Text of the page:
While the capital’s stagnation has masked the relatively strong growth in the rest of the UK, the impact has now rippled out. It’s unlikely to change as we enter into this period of negotiation. We are still suffering the hangover of tax changes impacting landlords as the government try to push out the ‘Mum and Dad’ buy to let landlord in favour of built for purpose rental accommodation. And with fairly little regulation in the industry, there are arguments to support this view.

London has also dragged down national average property prices and the outlook remains mixed. In the lead up to a final decision on Brexit we had an insufficient supply of property with homeowners anxiously holding on to properties. There should be somewhat of a reprieve with homeowners feeling more confident about selling into a thawed market.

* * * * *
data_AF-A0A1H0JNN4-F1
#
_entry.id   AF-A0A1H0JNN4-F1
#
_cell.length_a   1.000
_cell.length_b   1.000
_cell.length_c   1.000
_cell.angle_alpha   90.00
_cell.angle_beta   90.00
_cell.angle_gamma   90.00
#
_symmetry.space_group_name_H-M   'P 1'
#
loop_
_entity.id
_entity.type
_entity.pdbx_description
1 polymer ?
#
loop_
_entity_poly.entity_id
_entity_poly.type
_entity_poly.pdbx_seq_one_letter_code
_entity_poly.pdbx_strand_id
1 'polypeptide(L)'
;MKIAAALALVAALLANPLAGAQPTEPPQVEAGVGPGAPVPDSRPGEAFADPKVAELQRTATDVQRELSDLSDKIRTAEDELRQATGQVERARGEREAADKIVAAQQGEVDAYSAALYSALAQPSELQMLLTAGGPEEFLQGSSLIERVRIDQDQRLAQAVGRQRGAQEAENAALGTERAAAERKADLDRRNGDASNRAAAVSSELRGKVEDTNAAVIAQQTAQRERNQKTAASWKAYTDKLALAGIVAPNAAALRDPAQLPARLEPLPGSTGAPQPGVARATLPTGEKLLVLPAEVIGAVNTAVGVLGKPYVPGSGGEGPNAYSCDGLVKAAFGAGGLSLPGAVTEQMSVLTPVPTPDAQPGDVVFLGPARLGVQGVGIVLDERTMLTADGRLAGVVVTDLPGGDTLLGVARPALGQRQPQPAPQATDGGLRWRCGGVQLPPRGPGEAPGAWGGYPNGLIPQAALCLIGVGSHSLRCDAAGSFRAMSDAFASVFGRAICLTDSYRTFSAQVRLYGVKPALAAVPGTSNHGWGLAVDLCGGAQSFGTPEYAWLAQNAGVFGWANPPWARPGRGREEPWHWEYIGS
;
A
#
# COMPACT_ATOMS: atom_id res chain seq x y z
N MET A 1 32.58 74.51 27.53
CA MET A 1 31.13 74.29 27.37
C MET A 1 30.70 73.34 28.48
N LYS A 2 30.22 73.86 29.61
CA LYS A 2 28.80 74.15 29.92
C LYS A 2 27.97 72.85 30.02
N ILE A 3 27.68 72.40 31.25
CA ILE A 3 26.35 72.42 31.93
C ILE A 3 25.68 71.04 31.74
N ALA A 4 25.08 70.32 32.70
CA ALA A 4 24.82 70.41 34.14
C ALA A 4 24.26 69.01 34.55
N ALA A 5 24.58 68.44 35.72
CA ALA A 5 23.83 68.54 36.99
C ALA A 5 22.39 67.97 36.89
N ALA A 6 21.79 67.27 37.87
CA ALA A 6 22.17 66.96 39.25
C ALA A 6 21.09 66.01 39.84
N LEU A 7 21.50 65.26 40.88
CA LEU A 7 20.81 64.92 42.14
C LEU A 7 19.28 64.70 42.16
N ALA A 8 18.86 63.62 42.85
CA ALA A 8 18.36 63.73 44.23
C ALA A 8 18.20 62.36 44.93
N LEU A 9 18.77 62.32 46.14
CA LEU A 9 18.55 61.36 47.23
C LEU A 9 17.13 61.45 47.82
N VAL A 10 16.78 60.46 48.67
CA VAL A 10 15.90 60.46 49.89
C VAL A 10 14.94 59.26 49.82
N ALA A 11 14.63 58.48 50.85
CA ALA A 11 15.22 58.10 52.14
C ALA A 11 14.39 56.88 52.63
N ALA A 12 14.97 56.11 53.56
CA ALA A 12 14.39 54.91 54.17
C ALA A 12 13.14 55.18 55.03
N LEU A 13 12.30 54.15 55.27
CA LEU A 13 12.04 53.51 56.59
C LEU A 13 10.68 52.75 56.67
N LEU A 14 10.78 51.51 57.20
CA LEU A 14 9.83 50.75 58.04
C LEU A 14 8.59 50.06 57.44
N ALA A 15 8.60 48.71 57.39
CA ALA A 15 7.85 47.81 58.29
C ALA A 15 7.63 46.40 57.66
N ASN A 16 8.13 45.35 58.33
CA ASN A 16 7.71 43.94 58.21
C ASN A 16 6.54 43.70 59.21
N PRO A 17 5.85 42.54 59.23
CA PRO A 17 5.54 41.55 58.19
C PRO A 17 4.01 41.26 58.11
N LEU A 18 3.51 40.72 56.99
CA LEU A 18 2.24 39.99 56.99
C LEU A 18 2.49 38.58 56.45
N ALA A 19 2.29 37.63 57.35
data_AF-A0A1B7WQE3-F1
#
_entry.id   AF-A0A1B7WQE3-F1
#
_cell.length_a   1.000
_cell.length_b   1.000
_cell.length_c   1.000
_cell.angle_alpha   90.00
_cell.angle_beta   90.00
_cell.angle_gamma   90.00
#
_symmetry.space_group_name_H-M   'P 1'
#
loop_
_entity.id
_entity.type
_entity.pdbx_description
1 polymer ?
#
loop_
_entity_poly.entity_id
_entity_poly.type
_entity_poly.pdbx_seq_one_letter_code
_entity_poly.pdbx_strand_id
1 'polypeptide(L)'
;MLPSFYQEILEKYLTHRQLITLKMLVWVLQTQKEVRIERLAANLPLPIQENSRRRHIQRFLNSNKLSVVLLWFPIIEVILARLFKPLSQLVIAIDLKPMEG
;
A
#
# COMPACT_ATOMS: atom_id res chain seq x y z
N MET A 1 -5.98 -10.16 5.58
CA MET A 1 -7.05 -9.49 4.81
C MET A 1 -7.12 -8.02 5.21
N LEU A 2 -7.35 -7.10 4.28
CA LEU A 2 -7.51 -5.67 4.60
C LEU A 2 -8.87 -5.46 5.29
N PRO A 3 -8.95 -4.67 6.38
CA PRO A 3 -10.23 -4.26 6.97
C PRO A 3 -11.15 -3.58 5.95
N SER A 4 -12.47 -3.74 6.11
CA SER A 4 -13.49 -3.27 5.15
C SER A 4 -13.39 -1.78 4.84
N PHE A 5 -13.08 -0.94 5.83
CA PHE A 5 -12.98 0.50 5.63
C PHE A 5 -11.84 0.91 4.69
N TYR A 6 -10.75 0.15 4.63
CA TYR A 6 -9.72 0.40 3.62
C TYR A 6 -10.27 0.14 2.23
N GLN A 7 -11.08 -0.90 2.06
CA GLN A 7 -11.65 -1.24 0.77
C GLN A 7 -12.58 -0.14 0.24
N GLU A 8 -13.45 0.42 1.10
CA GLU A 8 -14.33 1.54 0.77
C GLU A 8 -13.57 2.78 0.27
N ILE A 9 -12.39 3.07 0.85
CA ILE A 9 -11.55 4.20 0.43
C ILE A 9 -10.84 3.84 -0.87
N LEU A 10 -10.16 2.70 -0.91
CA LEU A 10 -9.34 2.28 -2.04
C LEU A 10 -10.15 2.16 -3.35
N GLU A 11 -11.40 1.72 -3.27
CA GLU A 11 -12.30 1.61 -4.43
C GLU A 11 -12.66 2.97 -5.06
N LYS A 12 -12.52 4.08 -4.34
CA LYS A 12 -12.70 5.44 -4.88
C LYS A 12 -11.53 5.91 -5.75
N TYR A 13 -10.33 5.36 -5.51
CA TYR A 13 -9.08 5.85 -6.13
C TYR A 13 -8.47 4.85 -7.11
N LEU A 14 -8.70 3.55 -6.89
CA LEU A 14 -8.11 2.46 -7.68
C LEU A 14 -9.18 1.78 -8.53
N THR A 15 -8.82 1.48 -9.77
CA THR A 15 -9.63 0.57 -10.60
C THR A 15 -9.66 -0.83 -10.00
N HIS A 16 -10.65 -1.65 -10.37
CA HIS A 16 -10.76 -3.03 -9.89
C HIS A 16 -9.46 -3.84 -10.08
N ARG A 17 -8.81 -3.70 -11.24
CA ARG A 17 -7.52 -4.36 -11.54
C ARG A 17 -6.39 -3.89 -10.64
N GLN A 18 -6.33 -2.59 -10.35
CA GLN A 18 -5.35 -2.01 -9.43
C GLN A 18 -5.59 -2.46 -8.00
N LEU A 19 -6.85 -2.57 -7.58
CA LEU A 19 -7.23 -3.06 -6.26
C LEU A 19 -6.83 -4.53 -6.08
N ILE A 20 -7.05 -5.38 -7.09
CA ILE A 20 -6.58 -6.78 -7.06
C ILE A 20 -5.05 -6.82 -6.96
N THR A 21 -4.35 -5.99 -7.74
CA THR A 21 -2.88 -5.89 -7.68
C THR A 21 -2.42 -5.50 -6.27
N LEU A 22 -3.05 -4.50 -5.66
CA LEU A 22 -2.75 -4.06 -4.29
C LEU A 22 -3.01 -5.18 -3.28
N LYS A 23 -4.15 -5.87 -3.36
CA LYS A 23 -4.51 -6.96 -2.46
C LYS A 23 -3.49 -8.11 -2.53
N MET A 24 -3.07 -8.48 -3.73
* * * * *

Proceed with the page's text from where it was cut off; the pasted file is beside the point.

While renewed confidence may provide some support to housing prices nationwide we can’t escape the charts which show that we remain in an inflated property market. Thirty years of falling interest rates and people taking out larger mortgages has led some pundits to believe we’re more likely to see continued slow growth with further declines in prime central London.

Taking into consideration the potentially acrimonious negotiations on the finer details of Brexit and affordability of housing on one hand and renewed confidence in the thawing property market on the other, my view is that we’re not going to see much more than a slight increase in prices as we enter into the 2020s.